author = "Grace Seo and Joseph, {Joseph Marie Bajo} and Nancy Confident and Esther Jean and Bianca Louis and Tatiana Bell and Riche, {Rose Cardelle} and Belizaire, {Marie Elmase} and Vanessa Rouzier and Alexandra Apollon and Lindsey Reif and Vanessa Rivera and Elaine Abrams and Heejung Bang and Bruce Schackman and Daniel Fitzgerald and Pape, {Jean W.} and McNairy, {Margaret L.}",
year = "2019",
month = "12",
day = "30",
doi = "10.1186/s12889-019-8065-6",
language = "English (US)",
volume = "19",
journal = "BMC Public Health",
issn = "1471-2458",
publisher = "BioMed Central",
number = "1",

}

TY - JOUR

T1 - The FANMI ("my FAMILY" in Creole) study to evaluate community-based cohort care for adolescent and young women living with HIV in Haiti

T2 - Protocol for a randomized controlled trial

AU - Seo, Grace

AU - Joseph, Joseph Marie Bajo

AU - Confident, Nancy

AU - Jean, Esther

AU - Louis, Bianca

AU - Bell, Tatiana

AU - Riche, Rose Cardelle

AU - Belizaire, Marie Elmase

AU - Rouzier, Vanessa

AU - Apollon, Alexandra

AU - Reif, Lindsey

AU - Rivera, Vanessa

AU - Abrams, Elaine

AU - Bang, Heejung

AU - Schackman, Bruce

AU - Fitzgerald, Daniel

AU - Pape, Jean W.

AU - McNairy, Margaret L.

PY - 2019/12/30

Y1 - 2019/12/30

N2 - Background: Adolescent girls and young women living with HIV in resource-limited settings have the poorest health outcomes of any age group, due in part to poor retention in care. Differentiated models of HIV care that target the specific challenges of young people living with HIV are urgently needed. Methods: The FANMI study is an unblinded randomized controlled trial designed to evaluate the efficacy of an adolescent-specific model of HIV care in Port-au-Prince, Haiti. The FANMI intervention places newly young women living with HIV who are not currently on ART or on ART ≤ 3 months, in cohorts of 5-10 peers to receive monthly group HIV care in a community location. In contrast, participants in the standard care arm receive routine HIV care and individual counseling each month in GHESKIO's Adolescent Clinic. A total of 160 participants ages 16-23 years old are being randomized on a 1:1 basis. The primary outcome is retention in HIV care defined as being alive and in care at 12 months after enrollment. Secondary outcomes include viral suppression at 12 months, sexual risk behaviors, acceptability of the FANMI intervention, and health care utilization and costs. Discussion: The FANMI study evaluates a novel community-based cohort model of HIV care aimed at improving retention in care and reducing risk behaviors for HIV transmission among adolescent girls and young women living with HIV. Specifically, the FANMI model of care addresses social isolation by placing participants in cohorts of 5-10 peers to provide intensified peer support and makes HIV health management a group norm; reduces stigma and improves convenience by providing care in a community setting; and integrates clinical care and social support by the same providers to streamline care and promote long-term patient-provider relationships. If shown to be effective, the FANMI intervention may serve as a model of HIV care for improving retention among hard-to-reach adolescents and young adults in Haiti and could be adapted for other high-risk groups globally.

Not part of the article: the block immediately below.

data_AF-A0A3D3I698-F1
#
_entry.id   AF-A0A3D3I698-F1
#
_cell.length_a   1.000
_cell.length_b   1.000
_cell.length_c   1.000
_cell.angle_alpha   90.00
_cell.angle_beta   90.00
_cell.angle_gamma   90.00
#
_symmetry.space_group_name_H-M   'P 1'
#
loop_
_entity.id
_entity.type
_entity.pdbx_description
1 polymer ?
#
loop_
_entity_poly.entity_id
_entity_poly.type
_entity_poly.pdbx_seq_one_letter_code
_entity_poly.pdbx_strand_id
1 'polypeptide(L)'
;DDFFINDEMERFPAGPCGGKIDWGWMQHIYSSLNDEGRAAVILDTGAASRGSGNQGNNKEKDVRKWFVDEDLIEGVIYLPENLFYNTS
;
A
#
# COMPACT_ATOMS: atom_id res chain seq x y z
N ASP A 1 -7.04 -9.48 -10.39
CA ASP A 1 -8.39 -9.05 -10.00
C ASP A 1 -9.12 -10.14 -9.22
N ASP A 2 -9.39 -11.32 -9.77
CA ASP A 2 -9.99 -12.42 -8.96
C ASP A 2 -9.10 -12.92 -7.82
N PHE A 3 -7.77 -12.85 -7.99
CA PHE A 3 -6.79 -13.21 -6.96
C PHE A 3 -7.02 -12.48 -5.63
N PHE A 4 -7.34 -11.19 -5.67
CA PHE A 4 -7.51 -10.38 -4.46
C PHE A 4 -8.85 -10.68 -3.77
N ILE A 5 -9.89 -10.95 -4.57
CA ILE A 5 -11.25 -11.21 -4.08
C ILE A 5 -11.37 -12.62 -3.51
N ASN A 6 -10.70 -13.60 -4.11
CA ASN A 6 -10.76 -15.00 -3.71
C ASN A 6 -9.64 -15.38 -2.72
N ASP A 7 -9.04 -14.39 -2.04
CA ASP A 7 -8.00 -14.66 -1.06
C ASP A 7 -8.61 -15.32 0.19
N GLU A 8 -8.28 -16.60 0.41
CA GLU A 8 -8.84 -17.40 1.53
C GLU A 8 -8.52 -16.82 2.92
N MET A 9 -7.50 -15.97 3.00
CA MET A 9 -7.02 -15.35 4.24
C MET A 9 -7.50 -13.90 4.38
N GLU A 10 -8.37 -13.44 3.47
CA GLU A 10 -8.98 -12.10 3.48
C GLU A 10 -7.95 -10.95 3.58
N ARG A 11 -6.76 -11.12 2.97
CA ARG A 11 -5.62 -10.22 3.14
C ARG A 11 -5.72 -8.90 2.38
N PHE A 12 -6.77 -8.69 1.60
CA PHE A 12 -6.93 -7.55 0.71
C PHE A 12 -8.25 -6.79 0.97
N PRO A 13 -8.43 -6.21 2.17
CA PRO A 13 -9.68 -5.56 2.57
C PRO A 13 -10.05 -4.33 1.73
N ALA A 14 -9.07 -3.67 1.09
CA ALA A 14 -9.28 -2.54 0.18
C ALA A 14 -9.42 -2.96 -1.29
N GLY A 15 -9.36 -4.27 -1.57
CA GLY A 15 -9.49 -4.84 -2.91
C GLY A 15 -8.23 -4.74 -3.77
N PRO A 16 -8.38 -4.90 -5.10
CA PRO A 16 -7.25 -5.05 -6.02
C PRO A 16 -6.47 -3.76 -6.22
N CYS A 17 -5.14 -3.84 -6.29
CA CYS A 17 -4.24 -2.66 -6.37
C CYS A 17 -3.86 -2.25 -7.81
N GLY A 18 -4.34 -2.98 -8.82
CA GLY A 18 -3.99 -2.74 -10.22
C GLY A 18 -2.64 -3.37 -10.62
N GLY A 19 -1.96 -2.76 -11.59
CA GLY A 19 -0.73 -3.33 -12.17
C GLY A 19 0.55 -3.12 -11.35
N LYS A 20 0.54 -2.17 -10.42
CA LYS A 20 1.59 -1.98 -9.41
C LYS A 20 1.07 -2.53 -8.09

AB - Background: Adolescent girls and young women living with HIV in resource-limited settings have the poorest health outcomes of any age group, due in part to poor retention in care. Differentiated models of HIV care that target the specific challenges of young people living with HIV are urgently needed. Methods: The FANMI study is an unblinded randomized controlled trial designed to evaluate the efficacy of an adolescent-specific model of HIV care in Port-au-Prince, Haiti. The FANMI intervention places newly young women living with HIV who are not currently on ART or on ART ≤ 3 months, in cohorts of 5-10 peers to receive monthly group HIV care in a community location. In contrast, participants in the standard care arm receive routine HIV care and individual counseling each month in GHESKIO's Adolescent Clinic. A total of 160 participants ages 16-23 years old are being randomized on a 1:1 basis. The primary outcome is retention in HIV care defined as being alive and in care at 12 months after enrollment. Secondary outcomes include viral suppression at 12 months, sexual risk behaviors, acceptability of the FANMI intervention, and health care utilization and costs. Discussion: The FANMI study evaluates a novel community-based cohort model of HIV care aimed at improving retention in care and reducing risk behaviors for HIV transmission among adolescent girls and young women living with HIV. Specifically, the FANMI model of care addresses social isolation by placing participants in cohorts of 5-10 peers to provide intensified peer support and makes HIV health management a group norm; reduces stigma and improves convenience by providing care in a community setting; and integrates clinical care and social support by the same providers to streamline care and promote long-term patient-provider relationships. If shown to be effective, the FANMI intervention may serve as a model of HIV care for improving retention among hard-to-reach adolescents and young adults in Haiti and could be adapted for other high-risk groups globally.

UR - http://www.scopus.com/inward/record.url?scp=85077326528&partnerID=8YFLogxK

UR - http://www.scopus.com/inward/citedby.url?scp=85077326528&partnerID=8YFLogxK

U2 - 10.1186/s12889-019-8065-6

DO - 10.1186/s12889-019-8065-6

M3 - Article

C2 - 31888569

AN - SCOPUS:85077326528

VL - 19

JO - BMC Public Health

JF - BMC Public Health

SN - 1471-2458

IS - 1

M1 - 1749

ER -